Churches for Middle East Peace conference begins

Churches for Middle East Peace conference begins

Advocates from churches around the country are invited to attend the Churches for Middle East Peace 2008 Advocacy Conference beginning this Sunday in Washington, D.C.

By Heidi Bright Parales, DisciplesWorld contributing writer 

Advocates from churches around the country are invited to attend the Churches for Middle East Peace 2008 Advocacy Conference beginning this Sunday in Washington, D.C.

Churches for Middle East Peace (CMEP) is a coalition of 21 U.S. churches and church-related organizations from the Orthodox, Catholic and Protestant traditions. The Christian Church (Disciples of Christ), as a member, is helping to sponsor the April 20-22 event.

“Calming the Storm: Middle East Peacemaking in a Turbulent Time” will focus on U.S. policy and Middle East peacemaking with speakers, workshops, advocacy preparation and a day of lobbying elected officials, according to Anna Rhee, grassroots coordinator with CMEP.

“The primary goals of the conference are to update advocates on key issues related to Middle East peacemaking, with a focus on the Israeli-Palestinian conflict; to prepare conference participants for effective advocacy; and to encourage ongoing engagement on these issues in communities and congregations,” she said.

Relating the conference to the Annapolis peace process, Warren Clark, CMEP’s executive director, said in a news release, “The Annapolis peace process now underway deserves robust support from the U.S. Congress. The achievement of a two-state peace agreement will be an important step towards durable peace with security for Israel and will help build a positive future for all the people of the Holy Land, including the now rapidly declining Palestinian Christian community.”

U.S. efforts to promote peace are essential, added Peter Makari, executive, Middle East and Europe, for Global Ministries. “This conference provides an opportunity for the churches’ voices to be heard directly.”

CMEP will provide a great opportunity for church members to learn about current dynamics, focus on current U.S. involvement, and engage actively with their elected officials to raise up the seldom-heard voice of the Palestinian partners and community, he said.

“Resolution of the Israeli-Palestinian conflict and efforts to promote peace in the Middle East are clearly in the interests of the U.S., which spends exorbitant amounts in military aid to the countries of the region, and of the peoples of the region, who have suffered under the din of conflict for too long.”

Events include a special session for denominational gatherings Monday evening. Currently among registrants are two Disciples who are serving as mission personnel with Palestinian Christian partners and a Disciples Peace Fellowship member who is active in regional CMEP organizing, said Makari. Derek Duncan of Global Ministries will also participate.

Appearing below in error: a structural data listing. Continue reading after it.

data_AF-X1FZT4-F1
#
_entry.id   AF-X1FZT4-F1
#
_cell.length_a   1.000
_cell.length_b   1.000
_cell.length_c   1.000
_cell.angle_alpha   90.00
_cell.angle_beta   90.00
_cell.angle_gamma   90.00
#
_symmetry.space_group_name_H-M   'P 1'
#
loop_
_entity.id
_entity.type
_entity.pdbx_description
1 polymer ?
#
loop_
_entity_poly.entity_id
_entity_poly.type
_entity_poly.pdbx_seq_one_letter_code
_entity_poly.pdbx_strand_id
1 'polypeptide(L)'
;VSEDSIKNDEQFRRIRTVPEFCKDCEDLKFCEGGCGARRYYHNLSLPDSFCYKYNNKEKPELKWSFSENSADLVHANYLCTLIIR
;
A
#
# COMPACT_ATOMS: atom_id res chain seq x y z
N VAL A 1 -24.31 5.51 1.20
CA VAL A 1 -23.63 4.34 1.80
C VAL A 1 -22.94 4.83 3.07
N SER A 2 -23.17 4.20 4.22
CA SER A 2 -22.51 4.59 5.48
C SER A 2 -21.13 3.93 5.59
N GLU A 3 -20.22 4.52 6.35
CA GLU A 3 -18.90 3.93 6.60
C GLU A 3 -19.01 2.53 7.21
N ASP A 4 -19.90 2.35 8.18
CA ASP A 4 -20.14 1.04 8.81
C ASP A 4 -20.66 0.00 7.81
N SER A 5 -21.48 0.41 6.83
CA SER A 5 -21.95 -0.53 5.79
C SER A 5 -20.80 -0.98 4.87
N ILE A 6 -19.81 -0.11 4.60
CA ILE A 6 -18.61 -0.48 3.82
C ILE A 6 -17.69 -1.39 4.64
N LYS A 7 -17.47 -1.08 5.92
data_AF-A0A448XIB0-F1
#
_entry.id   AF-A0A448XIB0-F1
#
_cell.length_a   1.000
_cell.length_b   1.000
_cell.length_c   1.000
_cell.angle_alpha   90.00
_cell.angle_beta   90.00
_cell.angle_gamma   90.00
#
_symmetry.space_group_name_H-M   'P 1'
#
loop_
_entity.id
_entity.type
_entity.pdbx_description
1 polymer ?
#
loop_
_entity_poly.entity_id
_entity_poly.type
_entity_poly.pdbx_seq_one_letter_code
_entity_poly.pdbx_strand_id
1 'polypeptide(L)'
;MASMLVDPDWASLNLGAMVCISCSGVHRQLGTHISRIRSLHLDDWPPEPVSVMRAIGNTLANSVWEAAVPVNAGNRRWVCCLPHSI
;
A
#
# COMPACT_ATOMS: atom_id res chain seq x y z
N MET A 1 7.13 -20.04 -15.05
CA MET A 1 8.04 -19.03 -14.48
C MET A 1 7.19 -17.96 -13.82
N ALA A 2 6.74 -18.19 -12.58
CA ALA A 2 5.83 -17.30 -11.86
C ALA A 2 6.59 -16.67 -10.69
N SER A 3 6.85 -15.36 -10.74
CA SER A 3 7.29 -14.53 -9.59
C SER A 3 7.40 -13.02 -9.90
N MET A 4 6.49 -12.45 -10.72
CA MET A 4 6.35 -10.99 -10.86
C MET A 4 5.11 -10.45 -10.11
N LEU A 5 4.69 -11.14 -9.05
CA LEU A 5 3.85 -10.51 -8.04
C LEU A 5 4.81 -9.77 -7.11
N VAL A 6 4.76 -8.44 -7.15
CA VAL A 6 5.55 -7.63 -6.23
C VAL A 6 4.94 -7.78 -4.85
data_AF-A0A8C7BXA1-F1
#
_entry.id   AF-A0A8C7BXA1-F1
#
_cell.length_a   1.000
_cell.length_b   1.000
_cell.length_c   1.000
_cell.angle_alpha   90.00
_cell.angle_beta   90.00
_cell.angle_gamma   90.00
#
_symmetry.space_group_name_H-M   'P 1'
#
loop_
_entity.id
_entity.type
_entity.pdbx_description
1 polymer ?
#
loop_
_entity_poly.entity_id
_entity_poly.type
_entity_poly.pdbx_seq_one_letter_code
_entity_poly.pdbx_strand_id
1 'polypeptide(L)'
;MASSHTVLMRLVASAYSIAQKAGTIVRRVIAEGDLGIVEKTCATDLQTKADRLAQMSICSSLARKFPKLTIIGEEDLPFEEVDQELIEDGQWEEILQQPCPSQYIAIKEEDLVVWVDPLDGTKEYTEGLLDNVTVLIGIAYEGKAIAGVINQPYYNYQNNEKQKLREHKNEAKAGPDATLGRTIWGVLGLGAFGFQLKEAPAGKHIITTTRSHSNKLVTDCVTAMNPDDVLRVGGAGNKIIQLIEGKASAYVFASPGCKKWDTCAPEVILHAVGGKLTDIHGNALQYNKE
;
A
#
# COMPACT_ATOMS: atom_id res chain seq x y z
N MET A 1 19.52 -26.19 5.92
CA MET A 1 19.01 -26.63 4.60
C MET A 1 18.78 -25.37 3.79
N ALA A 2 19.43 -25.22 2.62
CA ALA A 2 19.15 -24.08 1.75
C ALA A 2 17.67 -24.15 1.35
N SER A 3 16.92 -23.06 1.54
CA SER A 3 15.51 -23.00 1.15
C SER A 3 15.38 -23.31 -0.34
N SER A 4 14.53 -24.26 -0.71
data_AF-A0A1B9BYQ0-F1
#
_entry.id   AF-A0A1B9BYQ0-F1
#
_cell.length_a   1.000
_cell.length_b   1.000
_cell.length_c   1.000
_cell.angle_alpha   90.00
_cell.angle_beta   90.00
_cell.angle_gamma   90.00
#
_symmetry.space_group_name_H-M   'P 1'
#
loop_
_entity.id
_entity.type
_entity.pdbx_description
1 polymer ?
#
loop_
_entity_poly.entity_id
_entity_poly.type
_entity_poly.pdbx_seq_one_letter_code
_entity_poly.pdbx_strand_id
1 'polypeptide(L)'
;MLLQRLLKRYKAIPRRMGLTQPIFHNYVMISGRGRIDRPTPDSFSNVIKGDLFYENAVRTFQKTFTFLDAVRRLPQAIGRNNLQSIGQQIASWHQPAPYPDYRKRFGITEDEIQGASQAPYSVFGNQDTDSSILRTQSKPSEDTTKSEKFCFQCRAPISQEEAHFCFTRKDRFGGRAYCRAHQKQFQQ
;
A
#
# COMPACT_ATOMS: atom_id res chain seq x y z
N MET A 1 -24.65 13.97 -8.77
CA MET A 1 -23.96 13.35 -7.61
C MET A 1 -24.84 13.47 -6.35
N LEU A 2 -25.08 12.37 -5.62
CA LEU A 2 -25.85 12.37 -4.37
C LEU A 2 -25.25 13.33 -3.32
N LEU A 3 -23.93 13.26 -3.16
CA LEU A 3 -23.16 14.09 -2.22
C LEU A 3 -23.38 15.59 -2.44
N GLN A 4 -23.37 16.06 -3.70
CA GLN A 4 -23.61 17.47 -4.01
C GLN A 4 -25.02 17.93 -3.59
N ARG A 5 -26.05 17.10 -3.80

Conference planners are expecting about 200 participants.

Featured speakers include Presiding Bishop Mark Hanson, Evangelical Lutheran Church in America; Shibley Telhami, University of Maryland; Gary Sick, Gulf 2000/Project; Ziad Asali, American Task Force on Palestine; Ori Nir, Americans for Peace Now; B. Todd Deatherage, U.S. State Department Office of Policy Planning; and Aaron David Miller of the Woodrow Wilson Center.

Workshops will cover a range of topics such as Evangelical Peacemakers, with Chris Seiple from the Institute for Global Engagement; Palestinian Christians, with Bernard Sabella ; and Iran-Israel-US relations, with Trita Parsi of the National Iranian American Council.

The conference starts Sunday evening with an opening program. Monday features plenary panels, a luncheon with a speaker, workshops, and preparation for advocacy.

During the conference, peace advocates from a variety of churches will learn about opportunities for Israeli-Palestinian peacemaking in the context of broader regional dynamics and with the Bush Administration’s initiative to move the peace process forward this year. Church leaders, issue analysts and policy experts will provide insights and updates to help prepare participants for meetings with elected officials.

The principal advocacy concerns are the avoidance and resolution of armed conflicts, human rights, arms control, foreign aid, and the unique nature of Jerusalem.

Tuesday begins with a Congressional Prayer Breakfast, followed by a Lobby Day on Capitol Hill, during which participants will lobby Congress with talking points designed to make delegates’ views heard, according to the conference flyer. CMEP will assist with arranging meetings between participants and their Congressional leaders.

Formed in 1984, CMEP guides church members and clergy in effective advocacy grounded in the principles of Christian faith. CMEP has either conducted its own conference or coordinated the Middle East track of the Ecumenical Advocacy Days conference since 2003, according to Rhee.